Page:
The currency pair EUR/USD is the abbreviated term for the euro-US dollar pair, or cross, between the European Union (EU) and the United States of America (USD). The currency pair shows how many dollars (the quoted currency) one euro (the base currency) must purchase. The EUR/USD currency pair is often known as “euro trading,” and the EUR/USD pair’s value is 1 euro for x US dollars. For instance, if the liquidity providers tier 1 is trading at 1.70, one euro costs 1.7 US dollars.
Basics of Currency Pair: EUR/USD (Euro/U.S. Dollar)
The EUR/USD pair has become the most widely traded pair globally because it reflects a union of two of the world’s largest economies, the EUR/USD pair has become the most commonly traded pair globally. It is influenced by factors that affect the value of the euro or the US dollar concerning other currencies and each other. As a result, the interest rate disparity between the European Central Bank (ECB) and the Federal Reserve (Fed) impacts the relative value of these currencies.
When the Fed intervenes in open market activities to strengthen the US dollar, the EUR/USD cross could fall in value as the US dollar strengthens against the euro. Similarly, negative news from the EU economy harms the EUR/USD pair’s pricing. Significantly, the news of Italy’s and Greece’s government debt crises and migrant surge triggered a euro selloff, sending the pair’s exchange rate.
Reading a EUR/USD Price Chart
The price displayed on the EURUSD chart for the currency pair indicates the exchange rate of the two currencies, unlike a price chart for a stock, where the indicated price directly represents a stock price. As a result, a chart’s directional signal matches the base currency. It’s vital to remember that the pair’s base currency is fixed and always represents one unit.
Dominant currency pricing
The traditional view of exchange rates is based on the notion that enterprises set their prices in their local currencies. When the home currency weakens, domestically produced products and services become cheaper for trading partners, resulting in increased demand from them and, as a result, increased exports.
When a country’s currency depreciates, imports become more expensive in-home currency terms, causing customers to favor domestically produced goods over imported goods. As a result, if prices are fixed in the exporter’s currency, a weaker currency might aid the recovery of the local economy following a negative shock.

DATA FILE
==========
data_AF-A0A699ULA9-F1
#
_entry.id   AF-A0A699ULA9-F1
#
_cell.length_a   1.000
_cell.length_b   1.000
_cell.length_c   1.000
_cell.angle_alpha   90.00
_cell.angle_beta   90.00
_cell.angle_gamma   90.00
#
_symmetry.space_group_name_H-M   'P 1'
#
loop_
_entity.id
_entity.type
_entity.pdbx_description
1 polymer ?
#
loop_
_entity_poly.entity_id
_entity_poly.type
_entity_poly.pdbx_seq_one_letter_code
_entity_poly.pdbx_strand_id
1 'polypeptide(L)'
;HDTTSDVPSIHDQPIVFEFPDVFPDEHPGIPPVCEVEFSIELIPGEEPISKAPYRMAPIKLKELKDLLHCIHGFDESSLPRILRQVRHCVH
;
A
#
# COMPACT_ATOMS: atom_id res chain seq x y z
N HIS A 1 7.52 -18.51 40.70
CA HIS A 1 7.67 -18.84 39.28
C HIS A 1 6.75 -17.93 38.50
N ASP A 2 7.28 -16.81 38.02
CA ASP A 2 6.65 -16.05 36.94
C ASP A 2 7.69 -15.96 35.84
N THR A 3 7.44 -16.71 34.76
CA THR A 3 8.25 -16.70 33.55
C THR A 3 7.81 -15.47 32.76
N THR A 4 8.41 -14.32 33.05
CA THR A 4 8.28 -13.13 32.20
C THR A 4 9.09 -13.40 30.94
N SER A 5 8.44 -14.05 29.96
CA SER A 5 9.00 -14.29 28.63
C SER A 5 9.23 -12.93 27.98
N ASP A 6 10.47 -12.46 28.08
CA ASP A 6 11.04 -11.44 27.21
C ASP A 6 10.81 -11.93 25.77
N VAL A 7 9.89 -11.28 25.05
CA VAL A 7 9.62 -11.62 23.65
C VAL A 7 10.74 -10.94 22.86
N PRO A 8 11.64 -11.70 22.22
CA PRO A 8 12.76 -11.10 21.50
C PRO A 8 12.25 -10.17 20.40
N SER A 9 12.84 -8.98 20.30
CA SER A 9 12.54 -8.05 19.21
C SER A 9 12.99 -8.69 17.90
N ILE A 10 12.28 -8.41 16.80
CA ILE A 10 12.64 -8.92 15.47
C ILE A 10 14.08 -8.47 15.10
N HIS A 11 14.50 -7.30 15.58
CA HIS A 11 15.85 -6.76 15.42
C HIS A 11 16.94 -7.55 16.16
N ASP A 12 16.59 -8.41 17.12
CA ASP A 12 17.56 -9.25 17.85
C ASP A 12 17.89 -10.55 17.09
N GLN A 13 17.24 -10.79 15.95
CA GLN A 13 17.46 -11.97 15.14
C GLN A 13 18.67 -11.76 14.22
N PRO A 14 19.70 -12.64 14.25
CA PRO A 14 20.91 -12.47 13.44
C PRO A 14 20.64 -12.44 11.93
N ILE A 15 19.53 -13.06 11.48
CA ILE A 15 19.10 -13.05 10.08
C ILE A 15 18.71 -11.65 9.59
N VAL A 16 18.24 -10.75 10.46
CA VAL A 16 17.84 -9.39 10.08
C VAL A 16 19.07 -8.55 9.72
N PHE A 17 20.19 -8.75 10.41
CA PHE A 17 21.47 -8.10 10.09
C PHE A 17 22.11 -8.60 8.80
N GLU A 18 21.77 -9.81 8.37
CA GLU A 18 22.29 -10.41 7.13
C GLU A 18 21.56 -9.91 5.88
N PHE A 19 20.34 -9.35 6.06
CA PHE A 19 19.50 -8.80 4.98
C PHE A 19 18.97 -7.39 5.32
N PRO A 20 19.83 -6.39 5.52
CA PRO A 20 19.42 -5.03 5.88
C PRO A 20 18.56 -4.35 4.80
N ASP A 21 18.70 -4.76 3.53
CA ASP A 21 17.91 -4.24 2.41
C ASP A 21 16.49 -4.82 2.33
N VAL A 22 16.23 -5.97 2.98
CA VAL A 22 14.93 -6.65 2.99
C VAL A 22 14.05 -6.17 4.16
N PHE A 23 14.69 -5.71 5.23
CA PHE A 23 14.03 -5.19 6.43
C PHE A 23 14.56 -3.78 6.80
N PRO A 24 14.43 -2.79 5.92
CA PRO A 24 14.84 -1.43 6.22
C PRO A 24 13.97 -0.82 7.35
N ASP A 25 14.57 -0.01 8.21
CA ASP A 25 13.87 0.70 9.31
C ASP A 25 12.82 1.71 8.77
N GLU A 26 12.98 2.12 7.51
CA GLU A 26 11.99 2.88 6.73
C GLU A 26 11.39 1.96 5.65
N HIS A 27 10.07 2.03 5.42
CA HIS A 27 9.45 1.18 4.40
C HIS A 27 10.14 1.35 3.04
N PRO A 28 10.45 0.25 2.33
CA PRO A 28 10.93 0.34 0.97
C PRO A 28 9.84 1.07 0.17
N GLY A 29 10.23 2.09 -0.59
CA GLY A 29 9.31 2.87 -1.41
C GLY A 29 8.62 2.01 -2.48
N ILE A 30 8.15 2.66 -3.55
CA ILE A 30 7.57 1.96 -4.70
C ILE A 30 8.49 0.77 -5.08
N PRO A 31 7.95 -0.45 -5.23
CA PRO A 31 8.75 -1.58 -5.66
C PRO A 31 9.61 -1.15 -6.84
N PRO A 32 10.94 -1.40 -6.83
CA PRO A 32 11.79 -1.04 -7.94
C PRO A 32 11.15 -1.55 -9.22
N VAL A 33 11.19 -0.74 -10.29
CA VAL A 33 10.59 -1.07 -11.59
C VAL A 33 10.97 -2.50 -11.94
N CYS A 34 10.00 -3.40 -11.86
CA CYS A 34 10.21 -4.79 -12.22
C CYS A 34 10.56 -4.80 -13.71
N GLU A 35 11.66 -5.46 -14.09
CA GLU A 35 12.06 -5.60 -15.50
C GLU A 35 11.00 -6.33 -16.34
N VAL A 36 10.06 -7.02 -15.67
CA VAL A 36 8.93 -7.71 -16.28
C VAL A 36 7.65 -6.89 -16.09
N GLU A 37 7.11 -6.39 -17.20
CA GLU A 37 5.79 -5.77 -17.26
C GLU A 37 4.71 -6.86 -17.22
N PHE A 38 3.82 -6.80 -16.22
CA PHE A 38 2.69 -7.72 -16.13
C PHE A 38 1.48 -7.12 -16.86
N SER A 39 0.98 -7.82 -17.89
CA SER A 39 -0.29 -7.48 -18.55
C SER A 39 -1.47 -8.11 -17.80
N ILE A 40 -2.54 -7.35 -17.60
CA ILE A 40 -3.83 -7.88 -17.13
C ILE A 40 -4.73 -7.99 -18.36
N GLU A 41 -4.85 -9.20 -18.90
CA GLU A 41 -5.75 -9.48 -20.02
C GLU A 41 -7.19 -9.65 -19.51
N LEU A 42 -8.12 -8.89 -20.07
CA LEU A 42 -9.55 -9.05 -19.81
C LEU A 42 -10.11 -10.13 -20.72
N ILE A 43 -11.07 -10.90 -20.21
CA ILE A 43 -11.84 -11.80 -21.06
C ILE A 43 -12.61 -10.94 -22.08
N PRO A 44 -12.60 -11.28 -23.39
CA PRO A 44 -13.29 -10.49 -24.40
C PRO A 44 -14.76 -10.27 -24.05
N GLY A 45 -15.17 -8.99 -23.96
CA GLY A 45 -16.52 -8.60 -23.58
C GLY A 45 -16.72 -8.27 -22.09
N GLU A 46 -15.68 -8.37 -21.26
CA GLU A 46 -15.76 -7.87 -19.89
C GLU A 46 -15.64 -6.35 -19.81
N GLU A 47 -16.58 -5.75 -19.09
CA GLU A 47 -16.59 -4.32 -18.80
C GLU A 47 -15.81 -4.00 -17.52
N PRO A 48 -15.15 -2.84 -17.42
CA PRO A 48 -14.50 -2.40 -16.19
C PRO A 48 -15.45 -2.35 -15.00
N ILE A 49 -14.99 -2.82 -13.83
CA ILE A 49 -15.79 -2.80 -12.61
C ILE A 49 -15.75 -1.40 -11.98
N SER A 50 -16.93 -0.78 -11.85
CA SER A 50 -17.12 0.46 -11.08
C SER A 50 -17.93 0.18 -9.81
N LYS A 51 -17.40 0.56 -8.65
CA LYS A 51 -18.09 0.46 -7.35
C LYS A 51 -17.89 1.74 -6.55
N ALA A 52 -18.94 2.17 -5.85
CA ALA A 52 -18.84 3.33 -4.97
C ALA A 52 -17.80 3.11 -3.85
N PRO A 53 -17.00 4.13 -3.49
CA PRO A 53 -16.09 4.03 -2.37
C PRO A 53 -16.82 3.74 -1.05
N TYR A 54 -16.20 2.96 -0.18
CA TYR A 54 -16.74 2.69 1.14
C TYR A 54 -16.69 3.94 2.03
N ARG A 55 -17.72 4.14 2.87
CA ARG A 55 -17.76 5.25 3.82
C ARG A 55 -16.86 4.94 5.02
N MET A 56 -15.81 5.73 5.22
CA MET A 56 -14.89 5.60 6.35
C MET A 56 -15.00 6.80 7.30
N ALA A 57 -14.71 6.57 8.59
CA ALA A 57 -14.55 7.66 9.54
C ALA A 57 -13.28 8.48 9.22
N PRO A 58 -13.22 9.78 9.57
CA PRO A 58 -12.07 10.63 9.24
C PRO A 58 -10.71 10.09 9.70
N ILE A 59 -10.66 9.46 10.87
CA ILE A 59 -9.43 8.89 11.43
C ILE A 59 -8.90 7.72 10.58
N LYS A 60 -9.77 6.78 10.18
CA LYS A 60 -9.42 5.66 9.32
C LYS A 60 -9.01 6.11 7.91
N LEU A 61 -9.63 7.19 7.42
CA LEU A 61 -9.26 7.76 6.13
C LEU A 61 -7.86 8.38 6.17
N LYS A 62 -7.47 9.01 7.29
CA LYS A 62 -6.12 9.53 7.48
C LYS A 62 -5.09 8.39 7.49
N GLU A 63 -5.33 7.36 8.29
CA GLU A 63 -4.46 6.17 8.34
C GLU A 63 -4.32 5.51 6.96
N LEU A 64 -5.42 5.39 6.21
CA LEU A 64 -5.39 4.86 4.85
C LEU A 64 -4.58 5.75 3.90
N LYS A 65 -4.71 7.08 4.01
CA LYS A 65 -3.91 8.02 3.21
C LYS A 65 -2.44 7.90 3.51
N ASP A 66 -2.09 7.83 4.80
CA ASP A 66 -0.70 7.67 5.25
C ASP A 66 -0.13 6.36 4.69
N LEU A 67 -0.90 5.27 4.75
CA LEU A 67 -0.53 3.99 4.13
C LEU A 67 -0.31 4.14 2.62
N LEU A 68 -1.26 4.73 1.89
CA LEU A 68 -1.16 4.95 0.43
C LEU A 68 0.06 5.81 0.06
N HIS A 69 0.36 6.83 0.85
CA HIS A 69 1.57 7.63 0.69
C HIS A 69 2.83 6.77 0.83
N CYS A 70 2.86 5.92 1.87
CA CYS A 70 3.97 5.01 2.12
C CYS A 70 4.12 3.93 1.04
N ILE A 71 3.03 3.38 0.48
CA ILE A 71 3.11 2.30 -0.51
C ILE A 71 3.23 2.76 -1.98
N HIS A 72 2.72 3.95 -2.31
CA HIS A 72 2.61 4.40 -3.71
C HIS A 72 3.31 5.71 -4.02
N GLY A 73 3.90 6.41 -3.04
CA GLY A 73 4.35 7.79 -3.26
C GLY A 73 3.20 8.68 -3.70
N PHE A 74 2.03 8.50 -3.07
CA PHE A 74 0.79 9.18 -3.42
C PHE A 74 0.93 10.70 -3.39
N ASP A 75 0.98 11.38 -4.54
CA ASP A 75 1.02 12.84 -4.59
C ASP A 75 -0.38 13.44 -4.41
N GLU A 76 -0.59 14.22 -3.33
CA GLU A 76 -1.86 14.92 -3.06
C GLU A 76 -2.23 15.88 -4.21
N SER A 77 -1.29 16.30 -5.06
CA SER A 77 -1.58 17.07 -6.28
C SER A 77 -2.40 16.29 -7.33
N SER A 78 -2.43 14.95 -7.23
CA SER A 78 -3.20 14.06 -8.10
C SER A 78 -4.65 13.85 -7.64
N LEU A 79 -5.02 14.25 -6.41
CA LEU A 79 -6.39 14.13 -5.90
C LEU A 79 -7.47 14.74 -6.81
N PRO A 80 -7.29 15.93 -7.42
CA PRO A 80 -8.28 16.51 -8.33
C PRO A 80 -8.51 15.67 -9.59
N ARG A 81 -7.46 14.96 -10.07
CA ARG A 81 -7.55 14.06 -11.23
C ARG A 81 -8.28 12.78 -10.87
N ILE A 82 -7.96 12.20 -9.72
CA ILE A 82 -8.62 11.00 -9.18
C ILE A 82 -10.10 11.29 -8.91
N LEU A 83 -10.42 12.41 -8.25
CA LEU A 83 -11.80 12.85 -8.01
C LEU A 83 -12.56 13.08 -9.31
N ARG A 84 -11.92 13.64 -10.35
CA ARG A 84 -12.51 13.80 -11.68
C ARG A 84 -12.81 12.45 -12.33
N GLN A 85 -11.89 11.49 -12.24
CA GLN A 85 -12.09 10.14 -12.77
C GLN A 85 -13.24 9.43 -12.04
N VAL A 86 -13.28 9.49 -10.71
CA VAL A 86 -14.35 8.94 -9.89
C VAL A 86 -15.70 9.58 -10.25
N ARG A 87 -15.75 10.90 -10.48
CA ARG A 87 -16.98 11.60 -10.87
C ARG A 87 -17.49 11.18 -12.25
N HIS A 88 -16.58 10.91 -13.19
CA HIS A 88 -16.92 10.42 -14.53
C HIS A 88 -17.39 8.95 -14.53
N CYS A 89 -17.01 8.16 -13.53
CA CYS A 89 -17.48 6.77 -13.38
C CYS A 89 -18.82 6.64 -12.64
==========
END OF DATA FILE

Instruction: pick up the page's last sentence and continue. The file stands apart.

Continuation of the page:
However, evidence is mounting that most global trade is invoiced in a few currencies, the most prominent of which is the US dollar—a phenomenon known as Dominant Currency Pricing or Dominant Currency Paradigm. Countries’ share of US dollar trade invoicing vastly outnumbered their share of US trade.
This is primarily true in emerging markets and developing economies (EMDEs), which are becoming increasingly crucial for the international monetary system as their position in the global economy grows.
The introduction of the euro temporarily weakened the US dollar’s supremacy, but it has remained essentially unabated since then. However, other reserve currencies have a minor role to play.
The use of dominant currencies such as the US dollar in pricing choices changes how trade flows react to exchange rates, particularly short-term. When export prices are established in US dollars or euros, depreciation does not make goods and services cheaper for overseas customers, at least not in the short term.
Thus, there is little incentive to raise demand. As a result, in EMDEs where dominant currency pricing is more widespread, the response of export quantities to the exchange rate is more muted, as is the short-term boost to the home economy from a depreciation.
Another critical consequence of using the US dollar in trade pricing is that a global strengthening of the US dollar causes trade contraction in the short term. This is because the depreciation of other nations’ currencies against the US dollar results in higher domestic currency pricing for imports, particularly those from countries other than the US, and consequently weaker demand for them.
Dominant currency financing
The US dollar’s dominance is also a feature of corporate financing in emerging nations. This feature, known as Dominant Currency Financing, illustrates that swings in exchange rates can impact firm balance sheets. A depreciation that raises the value of a company’s liabilities relative to its revenues weakens its balance sheet and makes it difficult to get additional capital as the company’s ability to repay deteriorates. However, this effect depends on whether revenues are received in foreign or local currency.
Also, exporting companies that use the US dollar or euro for pricing and financing are “naturally hedged” since obligations and revenues move in lockstep when exchange rates shift. This means that foreign currency financing is less of a worry for exporting enterprises.
However, importing enterprises’ revenues and liabilities are frequently mismatched, and exchange rate swings cause balance-sheet implications that limit financing and import quantities. Dominant currency finance amplifies the impact of a country’s devaluation on imports.
According to market participants, the dollar is expected to weaken versus the euro. However, European officials are likely to take actions to slow the euro’s ascent to promote the formation of a more orderly and less turbulent market. Who will receive assistance? Exporters of American goods to Europe may expect another successful year. Significantly, importing companies in the United States should protect themselves by hedging in foreign exchange markets.